Why is the city of angels so hellbent on destroying its female population?
~ Hank Moody, Californication (Pilot, Season 1).
At its most basic, Hank’s comment is a reference to how society has distorted the natural beauty of the female form. It’s about body image and body shaming. It’s a lament about the women who are carving themselves up and redesigning what they see as ‘imperfections’ because their perception of self has become so distorted.
Hollywood and glossy magazines have long been our looking glasses. Reflecting back images that many strive to emulate. But, are we like Hank Moody in that we can still see real from artifice? Or has our vision grown distorted to the point that airbrushed artifice is an integral aspect of our personal ideology? Can we see how extreme and distorted plastic surgery has become? Or do we actually see it as a palatable solution to our inherent body-shame? Which begs the rhetorical question, then, what if our body-shame is terminal? How far are we willing to go to correct the imperfections? When will we realise we have gone too far? I would say we’ve gone too far already. If Hollywood and magazines are still our measuring tools. If they are still our reliable looking glass, then I would say we have undeniably gone too far.
Which begs another rhetorical question. If body shame is the ailment, then what is the source? Can we heal the ailment without addressing the source? I would say no.
I know a bit about this. I had an eating disorder for over a decade. I have exercised obsessively in a poor attempt at silencing the critical voice in my head. There was a time when I didn’t love a single thing about my physical appearance. In my first year at drama school I sat in a circle with 15 other people and had to name 1 physical feature I liked about myself. Everyone had at least 1. Except me. I had a list of things I hated and wanted to change. In that moment, the mirror of the group’s reaction reflected back at me. That’s when I realised I had a real fucking problem. But it took me another 2 decades to heal that distorted self-image. In truth, I’m still working on it.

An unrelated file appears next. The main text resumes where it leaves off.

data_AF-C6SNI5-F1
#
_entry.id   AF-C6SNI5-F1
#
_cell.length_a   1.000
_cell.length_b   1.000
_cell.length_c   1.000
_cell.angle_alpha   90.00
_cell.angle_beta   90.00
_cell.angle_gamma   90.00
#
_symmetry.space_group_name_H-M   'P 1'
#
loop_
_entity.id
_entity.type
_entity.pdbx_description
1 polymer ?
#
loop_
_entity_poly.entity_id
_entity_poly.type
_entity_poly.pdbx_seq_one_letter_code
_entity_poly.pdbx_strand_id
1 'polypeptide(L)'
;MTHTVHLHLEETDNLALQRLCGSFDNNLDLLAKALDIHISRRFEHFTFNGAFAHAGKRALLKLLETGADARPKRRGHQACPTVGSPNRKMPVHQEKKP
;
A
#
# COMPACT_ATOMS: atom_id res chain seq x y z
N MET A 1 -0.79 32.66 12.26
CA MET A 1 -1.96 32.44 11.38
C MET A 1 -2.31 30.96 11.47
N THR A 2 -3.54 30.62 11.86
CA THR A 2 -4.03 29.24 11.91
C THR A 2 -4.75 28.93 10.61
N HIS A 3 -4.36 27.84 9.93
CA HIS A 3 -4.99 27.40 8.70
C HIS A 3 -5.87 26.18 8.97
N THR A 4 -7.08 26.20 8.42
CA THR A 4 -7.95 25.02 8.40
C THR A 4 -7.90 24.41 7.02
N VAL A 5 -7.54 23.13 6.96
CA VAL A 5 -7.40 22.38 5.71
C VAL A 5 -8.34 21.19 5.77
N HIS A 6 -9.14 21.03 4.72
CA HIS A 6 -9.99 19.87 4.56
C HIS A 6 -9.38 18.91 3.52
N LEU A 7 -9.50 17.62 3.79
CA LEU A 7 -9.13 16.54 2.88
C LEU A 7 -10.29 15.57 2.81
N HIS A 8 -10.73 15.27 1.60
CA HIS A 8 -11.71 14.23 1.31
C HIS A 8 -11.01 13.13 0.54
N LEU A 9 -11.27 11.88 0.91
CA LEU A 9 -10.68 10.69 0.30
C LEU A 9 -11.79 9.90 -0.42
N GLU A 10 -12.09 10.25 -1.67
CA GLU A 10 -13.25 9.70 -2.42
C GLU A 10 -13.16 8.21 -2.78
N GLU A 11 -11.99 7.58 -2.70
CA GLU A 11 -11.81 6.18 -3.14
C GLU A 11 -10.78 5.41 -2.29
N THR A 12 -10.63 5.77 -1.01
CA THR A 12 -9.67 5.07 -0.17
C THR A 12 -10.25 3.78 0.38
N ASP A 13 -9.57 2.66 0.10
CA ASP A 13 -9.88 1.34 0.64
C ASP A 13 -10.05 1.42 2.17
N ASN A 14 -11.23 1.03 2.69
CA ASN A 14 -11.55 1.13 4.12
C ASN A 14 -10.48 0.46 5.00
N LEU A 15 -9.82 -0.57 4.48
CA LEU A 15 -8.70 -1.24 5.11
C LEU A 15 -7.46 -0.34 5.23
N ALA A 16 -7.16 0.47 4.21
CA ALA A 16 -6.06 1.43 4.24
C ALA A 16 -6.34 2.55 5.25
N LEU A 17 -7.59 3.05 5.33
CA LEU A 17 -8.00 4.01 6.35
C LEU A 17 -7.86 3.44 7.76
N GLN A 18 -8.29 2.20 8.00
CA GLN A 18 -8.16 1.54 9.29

In my experience, body image is no different to a psychological malaise. There is a root, a source, an originating wound, that must be addressed in order to begin the journey of healing.
Which brings me back to my question about our individual reflections. What do you see when you look in the mirror? Do you see imperfections? A long list of items to criticise, improve, enhance and change. Or do you see beauty? This is the difference between fear and love. Fear makes comparisons. It tells us we are not enough. It is critical. It distorts. Love sees clearly. Love sees the undistorted truth. Love sees the beauty.
There is so much more to say on this subject, and this is just the start.